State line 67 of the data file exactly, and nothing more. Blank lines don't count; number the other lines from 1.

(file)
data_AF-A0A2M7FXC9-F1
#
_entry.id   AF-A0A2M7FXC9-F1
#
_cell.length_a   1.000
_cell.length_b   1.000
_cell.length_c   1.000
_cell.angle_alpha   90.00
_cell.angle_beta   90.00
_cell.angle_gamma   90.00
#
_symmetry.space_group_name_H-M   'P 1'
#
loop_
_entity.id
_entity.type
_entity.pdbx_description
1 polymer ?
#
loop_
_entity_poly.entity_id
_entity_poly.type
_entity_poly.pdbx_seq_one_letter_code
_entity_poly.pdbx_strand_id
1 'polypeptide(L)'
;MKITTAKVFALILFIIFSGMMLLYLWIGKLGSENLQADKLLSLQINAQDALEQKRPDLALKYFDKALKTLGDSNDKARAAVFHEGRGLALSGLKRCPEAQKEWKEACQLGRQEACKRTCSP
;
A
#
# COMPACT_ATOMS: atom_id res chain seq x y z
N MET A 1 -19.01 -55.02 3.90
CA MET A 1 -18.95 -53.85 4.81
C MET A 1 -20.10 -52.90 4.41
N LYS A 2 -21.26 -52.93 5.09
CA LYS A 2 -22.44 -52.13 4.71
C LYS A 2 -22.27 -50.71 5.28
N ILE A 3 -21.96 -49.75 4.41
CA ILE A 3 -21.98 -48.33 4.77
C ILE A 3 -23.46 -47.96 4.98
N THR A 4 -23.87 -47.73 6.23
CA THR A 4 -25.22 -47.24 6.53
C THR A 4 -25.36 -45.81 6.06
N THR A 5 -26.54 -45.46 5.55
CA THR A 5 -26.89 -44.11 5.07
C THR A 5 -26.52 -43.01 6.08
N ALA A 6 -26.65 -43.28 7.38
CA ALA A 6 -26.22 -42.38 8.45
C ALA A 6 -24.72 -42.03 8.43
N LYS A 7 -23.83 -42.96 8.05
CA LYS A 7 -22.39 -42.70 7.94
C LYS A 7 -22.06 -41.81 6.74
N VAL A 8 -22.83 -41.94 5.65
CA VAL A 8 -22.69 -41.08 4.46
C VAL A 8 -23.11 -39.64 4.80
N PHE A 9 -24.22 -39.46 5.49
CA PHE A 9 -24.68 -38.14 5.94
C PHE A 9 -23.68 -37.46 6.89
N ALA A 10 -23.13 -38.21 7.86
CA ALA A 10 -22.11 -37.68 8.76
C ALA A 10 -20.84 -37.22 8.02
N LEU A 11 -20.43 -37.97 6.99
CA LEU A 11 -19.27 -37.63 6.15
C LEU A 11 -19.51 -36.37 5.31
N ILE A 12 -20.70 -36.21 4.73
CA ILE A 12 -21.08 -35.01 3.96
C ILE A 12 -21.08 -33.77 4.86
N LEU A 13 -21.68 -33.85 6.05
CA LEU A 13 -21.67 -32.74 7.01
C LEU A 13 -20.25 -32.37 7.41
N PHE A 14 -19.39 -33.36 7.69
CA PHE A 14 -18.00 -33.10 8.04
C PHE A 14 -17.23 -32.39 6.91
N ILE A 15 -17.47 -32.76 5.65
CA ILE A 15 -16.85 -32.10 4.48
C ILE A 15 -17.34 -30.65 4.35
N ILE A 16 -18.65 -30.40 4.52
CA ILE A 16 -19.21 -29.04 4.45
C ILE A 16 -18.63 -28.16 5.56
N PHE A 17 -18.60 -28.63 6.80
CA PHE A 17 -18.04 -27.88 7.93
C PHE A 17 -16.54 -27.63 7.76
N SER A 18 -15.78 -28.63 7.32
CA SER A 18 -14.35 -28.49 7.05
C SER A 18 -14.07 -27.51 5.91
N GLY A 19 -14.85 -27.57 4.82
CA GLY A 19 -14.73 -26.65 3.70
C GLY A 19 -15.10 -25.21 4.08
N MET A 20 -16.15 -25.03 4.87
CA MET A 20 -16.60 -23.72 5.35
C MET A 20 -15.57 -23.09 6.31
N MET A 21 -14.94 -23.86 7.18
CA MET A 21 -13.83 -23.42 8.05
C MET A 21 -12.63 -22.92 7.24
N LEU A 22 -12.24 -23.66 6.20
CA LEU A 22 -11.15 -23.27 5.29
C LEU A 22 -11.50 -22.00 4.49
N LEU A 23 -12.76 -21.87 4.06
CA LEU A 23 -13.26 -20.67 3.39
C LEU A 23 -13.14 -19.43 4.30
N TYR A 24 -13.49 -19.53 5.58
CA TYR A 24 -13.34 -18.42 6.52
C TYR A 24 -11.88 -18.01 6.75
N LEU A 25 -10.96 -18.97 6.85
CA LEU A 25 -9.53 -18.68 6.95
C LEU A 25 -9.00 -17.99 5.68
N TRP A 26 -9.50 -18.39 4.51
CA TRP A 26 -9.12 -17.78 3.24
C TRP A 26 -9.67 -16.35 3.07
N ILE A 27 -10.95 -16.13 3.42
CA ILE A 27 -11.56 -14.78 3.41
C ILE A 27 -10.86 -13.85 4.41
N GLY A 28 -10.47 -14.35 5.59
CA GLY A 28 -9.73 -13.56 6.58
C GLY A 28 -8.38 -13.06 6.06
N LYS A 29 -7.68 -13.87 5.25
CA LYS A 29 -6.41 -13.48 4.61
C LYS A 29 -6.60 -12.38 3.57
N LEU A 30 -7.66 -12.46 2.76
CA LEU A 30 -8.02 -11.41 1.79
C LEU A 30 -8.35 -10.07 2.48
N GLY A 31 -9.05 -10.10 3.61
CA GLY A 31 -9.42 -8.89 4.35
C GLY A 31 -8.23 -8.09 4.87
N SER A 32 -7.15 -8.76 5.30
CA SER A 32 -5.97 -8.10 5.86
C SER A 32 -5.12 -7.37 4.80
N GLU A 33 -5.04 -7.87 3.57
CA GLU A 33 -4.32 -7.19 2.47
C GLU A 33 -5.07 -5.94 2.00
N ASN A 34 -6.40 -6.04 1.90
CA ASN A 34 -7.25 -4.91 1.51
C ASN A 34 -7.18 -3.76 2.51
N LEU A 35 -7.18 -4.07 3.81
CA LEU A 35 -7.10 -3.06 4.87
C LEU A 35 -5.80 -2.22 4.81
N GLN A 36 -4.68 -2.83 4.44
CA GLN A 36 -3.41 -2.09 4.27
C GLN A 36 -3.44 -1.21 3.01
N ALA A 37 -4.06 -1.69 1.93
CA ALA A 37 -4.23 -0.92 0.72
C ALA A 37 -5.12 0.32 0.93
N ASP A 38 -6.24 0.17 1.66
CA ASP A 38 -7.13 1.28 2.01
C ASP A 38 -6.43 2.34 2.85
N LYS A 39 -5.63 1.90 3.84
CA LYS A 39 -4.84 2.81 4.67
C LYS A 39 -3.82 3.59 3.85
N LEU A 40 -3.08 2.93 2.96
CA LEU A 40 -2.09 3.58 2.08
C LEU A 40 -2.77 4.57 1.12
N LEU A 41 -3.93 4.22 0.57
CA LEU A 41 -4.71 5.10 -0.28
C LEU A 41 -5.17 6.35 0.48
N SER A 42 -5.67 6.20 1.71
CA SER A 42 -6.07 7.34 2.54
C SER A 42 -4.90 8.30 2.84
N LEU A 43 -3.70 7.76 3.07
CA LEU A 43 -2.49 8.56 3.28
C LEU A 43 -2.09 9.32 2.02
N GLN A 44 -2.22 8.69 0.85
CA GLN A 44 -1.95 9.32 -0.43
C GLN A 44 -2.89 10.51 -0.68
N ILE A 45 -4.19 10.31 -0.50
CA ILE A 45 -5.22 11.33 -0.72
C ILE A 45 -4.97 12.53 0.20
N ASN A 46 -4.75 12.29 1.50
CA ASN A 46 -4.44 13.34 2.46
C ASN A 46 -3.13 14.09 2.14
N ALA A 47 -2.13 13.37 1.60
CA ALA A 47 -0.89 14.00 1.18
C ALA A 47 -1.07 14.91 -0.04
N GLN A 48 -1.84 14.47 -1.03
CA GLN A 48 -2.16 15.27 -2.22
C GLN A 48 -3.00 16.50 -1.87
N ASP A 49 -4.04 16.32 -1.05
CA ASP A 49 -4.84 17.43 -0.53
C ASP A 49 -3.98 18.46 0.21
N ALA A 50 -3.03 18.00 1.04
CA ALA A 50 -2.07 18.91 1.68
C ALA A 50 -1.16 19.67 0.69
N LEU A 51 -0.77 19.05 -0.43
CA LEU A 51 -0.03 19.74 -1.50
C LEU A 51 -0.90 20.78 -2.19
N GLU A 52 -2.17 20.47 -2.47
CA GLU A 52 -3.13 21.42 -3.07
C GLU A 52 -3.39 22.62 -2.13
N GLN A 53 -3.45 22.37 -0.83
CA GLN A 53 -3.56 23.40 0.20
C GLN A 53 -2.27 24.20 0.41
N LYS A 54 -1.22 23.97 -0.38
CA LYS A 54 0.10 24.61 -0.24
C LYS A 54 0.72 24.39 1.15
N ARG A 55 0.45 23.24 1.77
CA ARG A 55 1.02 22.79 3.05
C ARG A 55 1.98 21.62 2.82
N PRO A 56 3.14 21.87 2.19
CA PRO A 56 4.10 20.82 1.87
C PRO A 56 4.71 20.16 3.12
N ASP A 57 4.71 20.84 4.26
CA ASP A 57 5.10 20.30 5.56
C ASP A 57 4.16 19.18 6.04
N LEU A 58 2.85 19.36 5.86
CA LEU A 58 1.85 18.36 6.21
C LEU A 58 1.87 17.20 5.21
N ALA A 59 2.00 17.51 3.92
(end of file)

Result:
N LEU A 13 -21.68 -33.85 6.05